I love tactile animation & design. It’s my favourite kind of work to do. I love getting away from the computer screen and building something physical, I love the charm of real world imperfections. So this naturally brought a smile to my face:
I have recently joined creative forces with Johan Scheepers, previously of Luma Animation and fellow motion graphics artiste, and we are setting up shop in the creative hub that is the c/o 4th & 7th in Linden, Johannesburg.
Well, I’d like to think that I came up with the term but, as with most ‘original’ thoughts, it seems it has been around for quite a while. A quick Google search reveals results from the fantastical Czech surrealist Jan Švankmajer, haptic devices, stop motion and so on.
For me (and since I hold sway over the keyboard), I am going to use the term for any form of animation that uses primarily non-digital media. That is, no slick 3D, no smooth motion graphics work, just charcoal, cardboard, lightbulbs and the like. Obviously I am not going to nitpick, almost everything is touched by digital in some way these days, but I am looking for pieces where the artists have stepped out of the constrictive frame frame of the computer screen and made something tangible, something that you can touch…something tactile.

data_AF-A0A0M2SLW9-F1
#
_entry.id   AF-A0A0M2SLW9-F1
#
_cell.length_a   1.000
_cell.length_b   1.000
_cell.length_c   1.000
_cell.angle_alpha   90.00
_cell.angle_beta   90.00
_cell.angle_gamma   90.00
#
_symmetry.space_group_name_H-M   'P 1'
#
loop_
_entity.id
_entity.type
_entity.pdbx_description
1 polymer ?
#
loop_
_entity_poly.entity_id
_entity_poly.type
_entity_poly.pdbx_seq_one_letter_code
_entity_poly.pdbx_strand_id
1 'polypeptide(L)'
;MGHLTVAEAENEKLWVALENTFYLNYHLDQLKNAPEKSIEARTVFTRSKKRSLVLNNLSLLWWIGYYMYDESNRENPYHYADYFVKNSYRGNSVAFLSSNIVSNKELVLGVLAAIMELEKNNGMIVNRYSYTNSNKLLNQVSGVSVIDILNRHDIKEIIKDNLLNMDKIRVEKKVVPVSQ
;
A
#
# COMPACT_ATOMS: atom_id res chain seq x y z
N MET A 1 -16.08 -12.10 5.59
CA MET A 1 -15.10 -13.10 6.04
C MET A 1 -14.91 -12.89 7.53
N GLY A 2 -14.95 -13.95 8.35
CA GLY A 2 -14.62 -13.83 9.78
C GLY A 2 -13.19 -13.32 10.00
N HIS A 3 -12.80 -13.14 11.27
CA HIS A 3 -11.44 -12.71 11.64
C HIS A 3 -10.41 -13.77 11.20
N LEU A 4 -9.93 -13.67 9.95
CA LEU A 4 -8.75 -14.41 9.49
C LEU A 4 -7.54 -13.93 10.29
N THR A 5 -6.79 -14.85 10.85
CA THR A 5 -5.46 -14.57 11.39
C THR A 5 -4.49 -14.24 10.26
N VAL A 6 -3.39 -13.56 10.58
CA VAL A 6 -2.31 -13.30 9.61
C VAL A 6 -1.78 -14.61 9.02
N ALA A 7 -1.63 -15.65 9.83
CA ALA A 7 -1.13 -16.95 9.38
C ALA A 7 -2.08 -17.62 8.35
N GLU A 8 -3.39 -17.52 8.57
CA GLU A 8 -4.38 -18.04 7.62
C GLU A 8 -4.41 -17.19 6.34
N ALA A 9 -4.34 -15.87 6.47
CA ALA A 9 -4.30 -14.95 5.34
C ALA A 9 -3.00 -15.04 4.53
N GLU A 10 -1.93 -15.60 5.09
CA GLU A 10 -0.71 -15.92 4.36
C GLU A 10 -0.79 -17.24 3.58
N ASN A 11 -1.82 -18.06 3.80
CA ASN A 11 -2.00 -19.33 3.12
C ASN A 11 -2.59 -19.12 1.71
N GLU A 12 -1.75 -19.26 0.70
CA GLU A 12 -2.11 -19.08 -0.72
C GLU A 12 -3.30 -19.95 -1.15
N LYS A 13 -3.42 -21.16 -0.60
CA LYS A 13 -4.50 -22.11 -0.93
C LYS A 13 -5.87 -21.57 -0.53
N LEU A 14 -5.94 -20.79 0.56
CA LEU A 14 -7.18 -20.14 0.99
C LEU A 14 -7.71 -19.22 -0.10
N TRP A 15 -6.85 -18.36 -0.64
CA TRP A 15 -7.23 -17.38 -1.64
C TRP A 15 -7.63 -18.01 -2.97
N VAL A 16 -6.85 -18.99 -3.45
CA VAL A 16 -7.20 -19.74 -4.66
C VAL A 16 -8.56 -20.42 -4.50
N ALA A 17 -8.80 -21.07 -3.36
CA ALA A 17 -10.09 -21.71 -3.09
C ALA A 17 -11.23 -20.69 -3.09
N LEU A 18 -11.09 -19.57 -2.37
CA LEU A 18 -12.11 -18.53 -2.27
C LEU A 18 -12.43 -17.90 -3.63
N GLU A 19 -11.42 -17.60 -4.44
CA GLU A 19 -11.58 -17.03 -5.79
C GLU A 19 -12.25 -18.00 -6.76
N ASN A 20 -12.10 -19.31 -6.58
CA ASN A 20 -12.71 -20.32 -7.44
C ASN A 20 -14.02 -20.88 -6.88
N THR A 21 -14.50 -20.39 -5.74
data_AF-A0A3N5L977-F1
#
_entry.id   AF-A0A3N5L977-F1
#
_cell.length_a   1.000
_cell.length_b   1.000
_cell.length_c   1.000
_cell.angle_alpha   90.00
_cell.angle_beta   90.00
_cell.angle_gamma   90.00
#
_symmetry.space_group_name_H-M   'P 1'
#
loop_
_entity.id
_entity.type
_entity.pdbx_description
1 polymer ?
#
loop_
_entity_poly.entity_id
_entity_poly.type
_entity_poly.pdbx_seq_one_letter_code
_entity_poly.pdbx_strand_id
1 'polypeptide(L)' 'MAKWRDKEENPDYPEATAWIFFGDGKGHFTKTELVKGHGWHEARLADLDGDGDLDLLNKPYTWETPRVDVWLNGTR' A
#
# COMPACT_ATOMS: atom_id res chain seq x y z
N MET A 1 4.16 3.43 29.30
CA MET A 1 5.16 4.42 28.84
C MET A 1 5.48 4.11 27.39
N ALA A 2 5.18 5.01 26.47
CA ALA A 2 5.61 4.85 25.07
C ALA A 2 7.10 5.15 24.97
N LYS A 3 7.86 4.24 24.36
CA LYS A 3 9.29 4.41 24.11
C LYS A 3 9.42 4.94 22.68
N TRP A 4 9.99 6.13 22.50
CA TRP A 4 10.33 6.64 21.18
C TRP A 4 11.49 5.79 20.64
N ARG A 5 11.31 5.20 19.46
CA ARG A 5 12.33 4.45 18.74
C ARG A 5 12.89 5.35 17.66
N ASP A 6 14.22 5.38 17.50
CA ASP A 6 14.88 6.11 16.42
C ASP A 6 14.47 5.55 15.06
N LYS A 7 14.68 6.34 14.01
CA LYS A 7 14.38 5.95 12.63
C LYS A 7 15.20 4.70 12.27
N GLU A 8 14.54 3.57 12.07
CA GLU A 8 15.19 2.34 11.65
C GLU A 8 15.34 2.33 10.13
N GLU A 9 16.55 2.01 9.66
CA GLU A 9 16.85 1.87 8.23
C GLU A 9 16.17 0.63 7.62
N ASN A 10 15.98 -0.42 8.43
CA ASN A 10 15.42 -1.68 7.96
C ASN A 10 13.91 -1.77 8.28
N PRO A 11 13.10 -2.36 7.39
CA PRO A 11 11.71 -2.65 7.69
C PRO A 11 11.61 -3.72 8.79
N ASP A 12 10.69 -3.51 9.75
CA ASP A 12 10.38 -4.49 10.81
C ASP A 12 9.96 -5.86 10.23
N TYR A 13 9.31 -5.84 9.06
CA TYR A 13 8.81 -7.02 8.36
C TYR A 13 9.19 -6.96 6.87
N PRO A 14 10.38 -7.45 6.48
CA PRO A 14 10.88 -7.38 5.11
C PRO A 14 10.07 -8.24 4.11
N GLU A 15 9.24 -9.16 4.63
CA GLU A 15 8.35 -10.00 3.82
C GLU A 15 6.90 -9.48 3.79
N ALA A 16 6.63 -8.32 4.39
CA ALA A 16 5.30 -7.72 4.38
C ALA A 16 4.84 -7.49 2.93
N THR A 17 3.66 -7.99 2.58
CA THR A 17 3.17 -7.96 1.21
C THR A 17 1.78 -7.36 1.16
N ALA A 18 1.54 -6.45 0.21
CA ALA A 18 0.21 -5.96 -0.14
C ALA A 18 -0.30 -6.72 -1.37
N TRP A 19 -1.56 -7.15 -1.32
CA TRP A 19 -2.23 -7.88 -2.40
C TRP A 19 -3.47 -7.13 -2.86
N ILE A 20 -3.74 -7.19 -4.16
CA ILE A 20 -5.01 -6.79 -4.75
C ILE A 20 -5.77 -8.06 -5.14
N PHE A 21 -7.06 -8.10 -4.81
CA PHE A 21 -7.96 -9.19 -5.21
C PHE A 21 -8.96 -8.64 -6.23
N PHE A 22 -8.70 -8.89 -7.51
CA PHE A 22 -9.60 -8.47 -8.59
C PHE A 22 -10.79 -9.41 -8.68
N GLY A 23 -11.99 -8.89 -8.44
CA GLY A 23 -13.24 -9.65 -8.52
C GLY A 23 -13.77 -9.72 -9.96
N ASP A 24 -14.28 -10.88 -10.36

Following are some of my favourite pieces of ‘tactile animation’, stuff that I wish I had done…
Lightbox Music Video
Husbands – “Dream”
The Making of…
Many of these projects have a charming DIY aesthetic to them. And no matter how easy it is to create something similar in After Effects or the like, there is an undeniable magic to the realness of this piece.
AKQA Cristmas Card
This is an classic from a couple years ago. So inventive, so captivating, so memorable. Job well done!
Every now and then I come across piece of work that makes me jealous – jealous because I wish I had done it.
This is a beautifully minimalist project from one of my favourite designer/animators. The 2D character work is really well done and the sparse environments are perfect. Plus it’s a good cause to boot.
We’ll start off with a music video that inspired me to do my own stop motion work. It’s the Bubblicious music video from Rex The Dog. I love the simple DIY look & feel and the way the ‘behind-the-scenes’ is worked into the narrative showing off the process and making it even more interesting. Really nice work.
Much Better Now
Next is another piece that brings along a smile from Salon Alpin, a Portuguese studio. This integrates a 3D character into a stop motion background. The result is seamless and looks like loads of painstaking effort. It pays off though…
This one’s a classic and remarkable since it’s a student project. From Bang-yao Liu.
Time to Go
One last one I came across recently: a beautiful piece from Melbourne-based studio Oh Yeah Wow for Wax Tailor: ‘Time To Go’. Strong concept, smoothly executed.
Hmmm, time to get out my Nikon and make some puppets…
Welcome to my new site! I have finally dusted out the cobwebs...enjoy!